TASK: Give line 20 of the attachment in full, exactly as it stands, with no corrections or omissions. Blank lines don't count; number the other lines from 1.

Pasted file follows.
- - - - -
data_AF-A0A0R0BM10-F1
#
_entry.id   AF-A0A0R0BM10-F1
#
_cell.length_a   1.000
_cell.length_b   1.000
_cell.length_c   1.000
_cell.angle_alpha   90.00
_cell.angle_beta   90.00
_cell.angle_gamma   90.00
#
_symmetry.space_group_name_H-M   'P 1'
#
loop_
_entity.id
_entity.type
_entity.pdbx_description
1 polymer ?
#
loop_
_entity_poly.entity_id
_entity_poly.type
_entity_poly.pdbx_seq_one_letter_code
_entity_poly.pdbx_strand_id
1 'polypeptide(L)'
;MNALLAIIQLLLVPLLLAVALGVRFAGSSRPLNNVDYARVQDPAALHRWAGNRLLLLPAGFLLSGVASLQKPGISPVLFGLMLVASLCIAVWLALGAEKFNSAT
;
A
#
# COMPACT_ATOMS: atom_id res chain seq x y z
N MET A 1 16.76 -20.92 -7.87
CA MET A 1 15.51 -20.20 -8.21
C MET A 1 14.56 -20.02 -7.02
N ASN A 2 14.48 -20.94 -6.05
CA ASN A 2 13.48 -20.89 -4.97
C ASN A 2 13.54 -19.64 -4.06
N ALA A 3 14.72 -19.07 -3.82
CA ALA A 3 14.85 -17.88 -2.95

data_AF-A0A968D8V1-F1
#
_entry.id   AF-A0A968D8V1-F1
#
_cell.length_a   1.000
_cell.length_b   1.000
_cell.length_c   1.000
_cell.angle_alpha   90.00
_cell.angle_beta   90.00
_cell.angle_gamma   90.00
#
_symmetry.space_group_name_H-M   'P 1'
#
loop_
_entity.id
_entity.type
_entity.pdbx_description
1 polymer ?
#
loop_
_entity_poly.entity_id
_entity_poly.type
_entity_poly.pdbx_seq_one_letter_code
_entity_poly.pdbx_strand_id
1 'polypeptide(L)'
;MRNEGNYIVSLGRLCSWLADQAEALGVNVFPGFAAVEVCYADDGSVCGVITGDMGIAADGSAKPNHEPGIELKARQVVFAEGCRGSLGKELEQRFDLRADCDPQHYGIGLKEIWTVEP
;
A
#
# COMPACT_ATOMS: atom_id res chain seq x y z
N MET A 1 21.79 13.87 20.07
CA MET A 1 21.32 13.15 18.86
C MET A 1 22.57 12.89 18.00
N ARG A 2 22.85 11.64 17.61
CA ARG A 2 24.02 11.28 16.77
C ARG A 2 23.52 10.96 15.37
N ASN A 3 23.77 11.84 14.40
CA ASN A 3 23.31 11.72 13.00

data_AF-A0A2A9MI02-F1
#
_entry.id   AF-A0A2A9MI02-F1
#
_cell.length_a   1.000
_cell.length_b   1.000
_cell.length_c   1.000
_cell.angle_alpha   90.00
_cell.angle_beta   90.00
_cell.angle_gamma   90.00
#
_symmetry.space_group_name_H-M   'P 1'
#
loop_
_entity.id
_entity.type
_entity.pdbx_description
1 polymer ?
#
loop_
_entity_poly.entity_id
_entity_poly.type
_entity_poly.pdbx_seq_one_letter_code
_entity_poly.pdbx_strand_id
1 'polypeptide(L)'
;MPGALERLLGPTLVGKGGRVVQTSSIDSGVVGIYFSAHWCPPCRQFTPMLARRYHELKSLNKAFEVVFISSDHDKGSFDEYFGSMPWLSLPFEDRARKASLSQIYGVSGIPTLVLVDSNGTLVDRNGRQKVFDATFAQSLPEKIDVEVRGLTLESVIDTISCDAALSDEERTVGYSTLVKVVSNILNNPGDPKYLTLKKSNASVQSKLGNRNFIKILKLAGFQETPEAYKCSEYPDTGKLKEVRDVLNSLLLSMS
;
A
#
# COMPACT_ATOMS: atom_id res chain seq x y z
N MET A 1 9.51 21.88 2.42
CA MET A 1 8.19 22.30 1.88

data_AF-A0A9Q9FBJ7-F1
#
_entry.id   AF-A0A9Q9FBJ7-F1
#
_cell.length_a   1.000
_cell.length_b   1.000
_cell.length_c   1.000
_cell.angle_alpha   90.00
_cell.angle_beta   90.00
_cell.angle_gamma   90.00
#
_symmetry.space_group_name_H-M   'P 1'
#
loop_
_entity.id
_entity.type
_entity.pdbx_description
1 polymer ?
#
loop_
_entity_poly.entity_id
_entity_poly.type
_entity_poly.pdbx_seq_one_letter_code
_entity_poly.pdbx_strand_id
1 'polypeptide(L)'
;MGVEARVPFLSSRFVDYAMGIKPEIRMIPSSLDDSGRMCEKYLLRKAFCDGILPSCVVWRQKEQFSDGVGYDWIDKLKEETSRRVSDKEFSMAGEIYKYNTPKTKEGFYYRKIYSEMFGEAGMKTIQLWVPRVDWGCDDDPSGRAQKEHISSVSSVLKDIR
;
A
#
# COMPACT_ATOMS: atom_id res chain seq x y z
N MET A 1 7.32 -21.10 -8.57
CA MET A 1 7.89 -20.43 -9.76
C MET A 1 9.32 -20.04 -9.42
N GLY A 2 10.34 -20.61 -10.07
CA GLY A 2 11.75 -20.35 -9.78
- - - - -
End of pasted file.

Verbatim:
loop_